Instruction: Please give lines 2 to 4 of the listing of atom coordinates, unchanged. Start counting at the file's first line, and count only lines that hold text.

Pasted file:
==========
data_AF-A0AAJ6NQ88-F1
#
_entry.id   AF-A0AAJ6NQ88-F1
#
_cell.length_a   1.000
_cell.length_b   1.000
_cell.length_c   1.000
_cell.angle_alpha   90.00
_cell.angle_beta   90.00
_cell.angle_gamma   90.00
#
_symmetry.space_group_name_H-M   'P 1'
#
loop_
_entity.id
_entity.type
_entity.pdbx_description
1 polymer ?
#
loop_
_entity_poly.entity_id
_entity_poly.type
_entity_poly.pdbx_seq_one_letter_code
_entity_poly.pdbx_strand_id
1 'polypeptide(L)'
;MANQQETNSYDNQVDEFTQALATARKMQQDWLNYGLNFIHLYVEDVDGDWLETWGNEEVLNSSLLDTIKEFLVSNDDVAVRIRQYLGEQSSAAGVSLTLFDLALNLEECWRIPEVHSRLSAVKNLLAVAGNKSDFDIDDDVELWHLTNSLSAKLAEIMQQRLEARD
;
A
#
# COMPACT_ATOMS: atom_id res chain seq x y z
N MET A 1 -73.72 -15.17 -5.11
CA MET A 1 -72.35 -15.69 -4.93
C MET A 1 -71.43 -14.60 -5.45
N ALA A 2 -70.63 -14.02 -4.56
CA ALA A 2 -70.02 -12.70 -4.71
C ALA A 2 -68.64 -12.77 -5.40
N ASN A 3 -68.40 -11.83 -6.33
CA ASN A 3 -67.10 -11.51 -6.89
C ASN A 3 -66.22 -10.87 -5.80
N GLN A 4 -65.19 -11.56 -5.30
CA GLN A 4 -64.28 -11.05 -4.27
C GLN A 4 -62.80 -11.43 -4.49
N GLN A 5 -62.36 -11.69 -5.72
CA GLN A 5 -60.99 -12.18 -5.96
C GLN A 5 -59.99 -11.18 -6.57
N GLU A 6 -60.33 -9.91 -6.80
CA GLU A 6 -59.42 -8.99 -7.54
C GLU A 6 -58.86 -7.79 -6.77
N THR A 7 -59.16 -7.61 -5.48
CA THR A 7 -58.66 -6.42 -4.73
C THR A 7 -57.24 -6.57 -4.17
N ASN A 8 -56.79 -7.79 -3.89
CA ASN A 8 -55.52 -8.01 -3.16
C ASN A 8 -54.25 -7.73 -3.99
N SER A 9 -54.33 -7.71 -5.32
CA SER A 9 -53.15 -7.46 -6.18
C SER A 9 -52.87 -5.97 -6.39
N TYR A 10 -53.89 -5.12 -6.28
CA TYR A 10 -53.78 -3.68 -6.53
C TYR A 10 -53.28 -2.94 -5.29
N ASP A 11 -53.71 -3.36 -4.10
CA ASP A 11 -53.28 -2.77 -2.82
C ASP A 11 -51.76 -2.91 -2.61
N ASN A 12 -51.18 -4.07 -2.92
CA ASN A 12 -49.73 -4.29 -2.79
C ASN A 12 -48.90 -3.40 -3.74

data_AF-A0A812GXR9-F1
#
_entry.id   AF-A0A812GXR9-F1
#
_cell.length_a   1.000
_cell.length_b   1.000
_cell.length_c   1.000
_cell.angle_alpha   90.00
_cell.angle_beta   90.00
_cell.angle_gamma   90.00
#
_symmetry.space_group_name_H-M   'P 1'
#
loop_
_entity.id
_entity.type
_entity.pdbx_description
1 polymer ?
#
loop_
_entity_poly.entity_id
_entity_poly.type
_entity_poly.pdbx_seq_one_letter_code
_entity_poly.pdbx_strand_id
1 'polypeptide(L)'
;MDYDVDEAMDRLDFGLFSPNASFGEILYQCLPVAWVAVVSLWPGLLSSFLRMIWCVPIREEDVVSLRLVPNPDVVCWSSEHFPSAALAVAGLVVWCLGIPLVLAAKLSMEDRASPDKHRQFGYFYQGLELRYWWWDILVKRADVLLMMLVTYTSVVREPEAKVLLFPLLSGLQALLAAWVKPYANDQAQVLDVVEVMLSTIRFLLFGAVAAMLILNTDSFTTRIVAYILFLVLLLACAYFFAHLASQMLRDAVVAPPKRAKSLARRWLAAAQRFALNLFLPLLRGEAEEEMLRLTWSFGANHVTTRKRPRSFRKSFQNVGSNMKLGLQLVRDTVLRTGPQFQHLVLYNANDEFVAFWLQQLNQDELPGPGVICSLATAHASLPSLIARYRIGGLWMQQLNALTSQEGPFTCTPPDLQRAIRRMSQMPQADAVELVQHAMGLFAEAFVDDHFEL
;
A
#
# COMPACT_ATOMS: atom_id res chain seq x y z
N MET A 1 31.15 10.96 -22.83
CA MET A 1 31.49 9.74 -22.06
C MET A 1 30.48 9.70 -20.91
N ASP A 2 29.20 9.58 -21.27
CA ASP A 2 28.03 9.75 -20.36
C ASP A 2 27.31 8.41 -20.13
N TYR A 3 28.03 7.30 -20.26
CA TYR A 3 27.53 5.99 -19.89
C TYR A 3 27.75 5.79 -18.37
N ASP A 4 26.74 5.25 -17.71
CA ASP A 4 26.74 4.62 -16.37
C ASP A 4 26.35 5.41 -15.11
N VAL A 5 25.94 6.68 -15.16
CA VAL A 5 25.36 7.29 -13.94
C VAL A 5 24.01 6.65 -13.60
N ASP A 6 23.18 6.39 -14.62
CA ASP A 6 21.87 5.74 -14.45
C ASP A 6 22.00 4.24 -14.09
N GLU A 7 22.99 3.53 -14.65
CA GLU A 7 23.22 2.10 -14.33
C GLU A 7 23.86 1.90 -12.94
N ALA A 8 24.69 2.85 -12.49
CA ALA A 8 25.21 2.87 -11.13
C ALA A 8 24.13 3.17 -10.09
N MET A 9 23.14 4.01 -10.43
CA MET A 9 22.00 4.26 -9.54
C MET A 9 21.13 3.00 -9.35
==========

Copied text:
#
_entry.id   AF-A0AAJ6NQ88-F1
#